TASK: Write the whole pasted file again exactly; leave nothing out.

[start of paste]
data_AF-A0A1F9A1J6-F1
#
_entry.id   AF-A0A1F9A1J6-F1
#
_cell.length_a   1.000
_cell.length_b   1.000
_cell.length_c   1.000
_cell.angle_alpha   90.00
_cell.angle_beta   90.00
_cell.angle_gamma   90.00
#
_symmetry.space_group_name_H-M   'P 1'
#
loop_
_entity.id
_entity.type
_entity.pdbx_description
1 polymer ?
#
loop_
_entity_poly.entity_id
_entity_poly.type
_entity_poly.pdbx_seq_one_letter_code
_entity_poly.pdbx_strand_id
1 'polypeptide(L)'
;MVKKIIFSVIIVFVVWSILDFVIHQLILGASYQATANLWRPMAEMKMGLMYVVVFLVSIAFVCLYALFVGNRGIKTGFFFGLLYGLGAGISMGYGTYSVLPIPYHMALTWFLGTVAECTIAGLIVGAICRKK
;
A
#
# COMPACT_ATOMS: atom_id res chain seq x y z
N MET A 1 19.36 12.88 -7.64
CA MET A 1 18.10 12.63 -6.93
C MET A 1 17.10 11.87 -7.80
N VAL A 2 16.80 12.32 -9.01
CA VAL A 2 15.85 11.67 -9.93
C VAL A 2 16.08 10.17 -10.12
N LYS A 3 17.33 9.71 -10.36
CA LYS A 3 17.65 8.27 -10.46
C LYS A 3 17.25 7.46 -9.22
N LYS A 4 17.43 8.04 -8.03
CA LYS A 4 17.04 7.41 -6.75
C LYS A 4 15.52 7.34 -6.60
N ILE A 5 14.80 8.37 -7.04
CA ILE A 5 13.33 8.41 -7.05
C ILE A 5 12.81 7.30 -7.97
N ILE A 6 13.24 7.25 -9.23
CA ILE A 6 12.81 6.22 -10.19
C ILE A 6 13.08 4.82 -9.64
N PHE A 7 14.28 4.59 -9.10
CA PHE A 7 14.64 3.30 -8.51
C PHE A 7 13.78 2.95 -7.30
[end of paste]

data_AF-A0A1F9A1J6-F1
#
_entry.id   AF-A0A1F9A1J6-F1
#
_cell.length_a   1.000
_cell.length_b   1.000
_cell.length_c   1.000
_cell.angle_alpha   90.00
_cell.angle_beta   90.00
_cell.angle_gamma   90.00
#
_symmetry.space_group_name_H-M   'P 1'
#
loop_
_entity.id
_entity.type
_entity.pdbx_description
1 polymer ?
#
loop_
_entity_poly.entity_id
_entity_poly.type
_entity_poly.pdbx_seq_one_letter_code
_entity_poly.pdbx_strand_id
1 'polypeptide(L)'
;MVKKIIFSVIIVFVVWSILDFVIHQLILGASYQATANLWRPMAEMKMGLMYVVVFLVSIAFVCLYALFVGNRGIKTGFFFGLLYGLGAGISMGYGTYSVLPIPYHMALTWFLGTVAECTIAGLIVGAICRKK
;
A
#
# COMPACT_ATOMS: atom_id res chain seq x y z
N MET A 1 19.36 12.88 -7.64
CA MET A 1 18.10 12.63 -6.93
C MET A 1 17.10 11.87 -7.80
N VAL A 2 16.80 12.32 -9.01
CA VAL A 2 15.85 11.67 -9.93
C VAL A 2 16.08 10.17 -10.12
N LYS A 3 17.33 9.71 -10.36
CA LYS A 3 17.65 8.27 -10.46
C LYS A 3 17.25 7.46 -9.22
N LYS A 4 17.43 8.04 -8.03
CA LYS A 4 17.04 7.41 -6.75
C LYS A 4 15.52 7.34 -6.60
N ILE A 5 14.80 8.37 -7.04
CA ILE A 5 13.33 8.41 -7.05
C ILE A 5 12.81 7.30 -7.97
N ILE A 6 13.24 7.25 -9.23
CA ILE A 6 12.81 6.22 -10.19
C ILE A 6 13.08 4.82 -9.64
N PHE A 7 14.28 4.59 -9.10
CA PHE A 7 14.64 3.30 -8.51
C PHE A 7 13.78 2.95 -7.30